Call 1-866-DADS-LAW or your local office to schedule a Missouri divorce or family law consultation with one of our Missouri divorce attorneys for men. Explore answers to frequently asked questions about divorce in Missouri.
What are the grounds for filing for divorce in Missouri?
Missouri is a no-fault state. It is not necessary to show that either one of the parties was at fault. The statutory basis for a divorce in Missouri is that there is no reasonable likelihood that the marriage can be preserved and, therefore, the marriage is irretrievably broken.
How much will my divorce in Missouri cost?
In getting a divorce, you will most likely have to pay for attorney’s fees and court filing fees. Depending on the facts of your case, the court may order you to pay maintenance (or alimony), child support, or other money to your spouse to divide your property, possibly including your spouse’s attorney’s fees. It is certainly in your best interest to hire an experienced divorce attorney to make sure that your rights are asserted and your assets are protected in the long-term. One of the issues that can affect the cost of a divorce is whether you and your spouse are agreeable to issues concerning the custody of your children, child support, maintenance, and the division of the property.
Can I annul my marriage?
An annulment is a decision by the court that the marriage was not legal from the beginning. Annulments are granted only in limited and unusual situations. Annulments may be granted for marriages that are between persons who are related to each other, between persons who lack the mental capacity to enter into a contract, between persons of the same sex, or where one spouse was still legally married to another person. Not finding the answer you are looking for? Browse our entire Missouri Divorce FAQ.
Missouri Child Custody Questions
Who will get custody of our child?
Courts in Missouri are required to determine what is in the best interests of the children. There are two components to the custody of a child that the court must determine. The court must decide which parent will have, or how both parents will share, the decision-making rights, responsibilities, and authority relating to the health, education and welfare of the child. This is referred to as legal custody. The court must also decide where the child will live and how the parents will share the physical time with the child. This component is referred to as physical custody. Missouri law provides that the court is required to consider all relevant factors including:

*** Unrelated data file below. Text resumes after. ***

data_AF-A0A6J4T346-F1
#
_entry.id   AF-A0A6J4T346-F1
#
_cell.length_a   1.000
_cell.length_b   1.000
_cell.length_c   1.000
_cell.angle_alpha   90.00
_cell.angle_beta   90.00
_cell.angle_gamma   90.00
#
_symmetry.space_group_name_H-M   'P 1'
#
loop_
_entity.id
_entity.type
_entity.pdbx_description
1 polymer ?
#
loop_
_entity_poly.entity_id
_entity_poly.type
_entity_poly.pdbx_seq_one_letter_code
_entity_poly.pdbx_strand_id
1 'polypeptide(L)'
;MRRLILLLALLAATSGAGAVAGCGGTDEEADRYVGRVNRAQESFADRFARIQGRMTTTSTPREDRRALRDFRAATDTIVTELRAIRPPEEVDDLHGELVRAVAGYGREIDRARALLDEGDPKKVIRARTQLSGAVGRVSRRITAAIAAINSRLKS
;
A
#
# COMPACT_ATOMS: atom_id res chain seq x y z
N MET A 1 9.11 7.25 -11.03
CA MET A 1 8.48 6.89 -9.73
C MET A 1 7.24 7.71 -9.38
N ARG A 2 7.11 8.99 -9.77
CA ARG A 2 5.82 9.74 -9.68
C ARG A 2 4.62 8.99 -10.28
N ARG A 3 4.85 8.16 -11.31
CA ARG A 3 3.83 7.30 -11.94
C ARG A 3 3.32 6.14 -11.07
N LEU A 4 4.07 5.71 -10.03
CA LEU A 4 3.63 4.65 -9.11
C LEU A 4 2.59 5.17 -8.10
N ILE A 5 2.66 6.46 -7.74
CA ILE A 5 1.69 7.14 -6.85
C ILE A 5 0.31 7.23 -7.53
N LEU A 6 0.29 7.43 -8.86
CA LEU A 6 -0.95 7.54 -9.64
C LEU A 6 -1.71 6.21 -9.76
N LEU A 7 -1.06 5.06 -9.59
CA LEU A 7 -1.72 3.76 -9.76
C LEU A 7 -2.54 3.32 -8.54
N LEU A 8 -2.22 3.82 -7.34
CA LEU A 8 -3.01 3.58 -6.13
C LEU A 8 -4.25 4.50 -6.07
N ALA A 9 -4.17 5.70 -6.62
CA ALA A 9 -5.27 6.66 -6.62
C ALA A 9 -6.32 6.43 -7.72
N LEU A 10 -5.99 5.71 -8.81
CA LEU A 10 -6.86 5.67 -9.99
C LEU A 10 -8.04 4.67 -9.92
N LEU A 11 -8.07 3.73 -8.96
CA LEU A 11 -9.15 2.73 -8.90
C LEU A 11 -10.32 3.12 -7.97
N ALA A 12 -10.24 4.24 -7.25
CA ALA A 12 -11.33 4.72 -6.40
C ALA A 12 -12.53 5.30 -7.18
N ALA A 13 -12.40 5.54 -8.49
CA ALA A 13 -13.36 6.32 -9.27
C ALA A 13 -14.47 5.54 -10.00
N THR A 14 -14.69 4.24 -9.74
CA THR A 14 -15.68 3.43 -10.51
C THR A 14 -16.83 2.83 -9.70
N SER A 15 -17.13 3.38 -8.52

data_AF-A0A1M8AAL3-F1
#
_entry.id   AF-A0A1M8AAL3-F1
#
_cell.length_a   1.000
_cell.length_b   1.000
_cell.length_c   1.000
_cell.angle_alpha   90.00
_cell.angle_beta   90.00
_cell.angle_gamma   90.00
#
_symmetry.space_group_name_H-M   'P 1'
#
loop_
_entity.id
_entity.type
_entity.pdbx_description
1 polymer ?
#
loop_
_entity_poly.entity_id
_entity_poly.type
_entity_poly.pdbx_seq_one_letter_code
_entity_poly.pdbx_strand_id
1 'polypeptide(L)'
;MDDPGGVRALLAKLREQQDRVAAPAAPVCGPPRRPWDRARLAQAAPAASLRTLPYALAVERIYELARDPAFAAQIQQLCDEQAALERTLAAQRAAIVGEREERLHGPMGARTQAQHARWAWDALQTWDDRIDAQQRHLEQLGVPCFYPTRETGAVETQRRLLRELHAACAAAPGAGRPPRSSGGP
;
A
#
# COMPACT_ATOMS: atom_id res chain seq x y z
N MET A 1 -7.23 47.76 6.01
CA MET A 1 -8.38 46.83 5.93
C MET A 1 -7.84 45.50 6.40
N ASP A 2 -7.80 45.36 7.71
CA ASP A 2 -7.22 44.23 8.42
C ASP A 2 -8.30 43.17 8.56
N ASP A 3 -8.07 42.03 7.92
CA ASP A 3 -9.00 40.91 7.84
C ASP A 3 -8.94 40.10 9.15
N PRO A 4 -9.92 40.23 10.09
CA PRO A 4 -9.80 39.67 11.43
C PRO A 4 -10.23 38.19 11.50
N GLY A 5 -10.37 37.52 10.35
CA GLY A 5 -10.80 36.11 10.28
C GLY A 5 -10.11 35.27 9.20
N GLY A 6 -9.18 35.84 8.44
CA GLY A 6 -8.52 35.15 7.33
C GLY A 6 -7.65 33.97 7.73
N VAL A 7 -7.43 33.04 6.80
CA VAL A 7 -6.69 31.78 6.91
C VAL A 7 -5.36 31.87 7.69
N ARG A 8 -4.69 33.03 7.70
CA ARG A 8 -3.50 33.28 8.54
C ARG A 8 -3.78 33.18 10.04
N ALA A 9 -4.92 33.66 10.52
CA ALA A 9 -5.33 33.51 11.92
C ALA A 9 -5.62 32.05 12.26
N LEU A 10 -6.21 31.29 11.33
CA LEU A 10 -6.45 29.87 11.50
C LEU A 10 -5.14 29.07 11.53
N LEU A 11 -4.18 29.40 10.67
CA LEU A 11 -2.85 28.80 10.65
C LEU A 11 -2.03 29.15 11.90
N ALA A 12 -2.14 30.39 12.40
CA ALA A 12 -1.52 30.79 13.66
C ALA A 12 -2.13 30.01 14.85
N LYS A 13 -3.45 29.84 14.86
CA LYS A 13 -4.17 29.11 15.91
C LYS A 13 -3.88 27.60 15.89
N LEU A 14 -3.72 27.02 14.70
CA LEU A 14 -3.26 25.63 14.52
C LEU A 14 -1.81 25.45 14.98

The wishes of the child’s parents as to custody and the proposed parenting plan submitted by both parties;
The needs of the child for a frequent, continuing and meaningful relationship with both parents and the ability and willingness of parents to actively perform their functions as mother and father for the needs of the child;
The interaction and interrelationship of the child with parents, siblings, and any other person who may significantly affect the child’s best interests;
Which parent is more likely to allow the child frequent, continuing and meaningful contact with the other parent;
The child’s adjustment to the child’s home, school, and community;
The mental and physical health of all individuals involved, including any history of abuse of any individuals involved;
The intention of either parent to relocate the principal residence of the child; and
The wishes of a child as to the child’s custodian.
Can a parent refuse visitation?
No. A parent may not refuse to allow or cut back the other parent’s visitation with the children simply because the other parent has not paid his/her child support. Payment of child support and visitation are legally independent matters. Both parents have the right to have a meaningful relationship with their children. It should also be pointed out that if one parent refuses to allow the other parent visitation, that parent may not use that as a reason to withhold or stop paying child support.
Can I modify custody?
In order for the court to modify the terms of a custody order, there must be a continuing and substantial change in the circumstances of the child or the child’s custodian and the modification is necessary to serve the best interests of the child. It is important to understand that there must be new facts that have come up since the prior order, or there must be facts that were not known by the court at the time of the prior order. Not finding the answer you are looking for? Browse our entire Missouri Child Custody FAQ.
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The experienced divorce lawyers at Cordell & Cordell provide intelligent, aggressive divorce representation to fathers. We are a community of talented legal professionals that prioritize growth and success in all our life roles. Together we assure our clients the quality of representation we would expect for ourselves.
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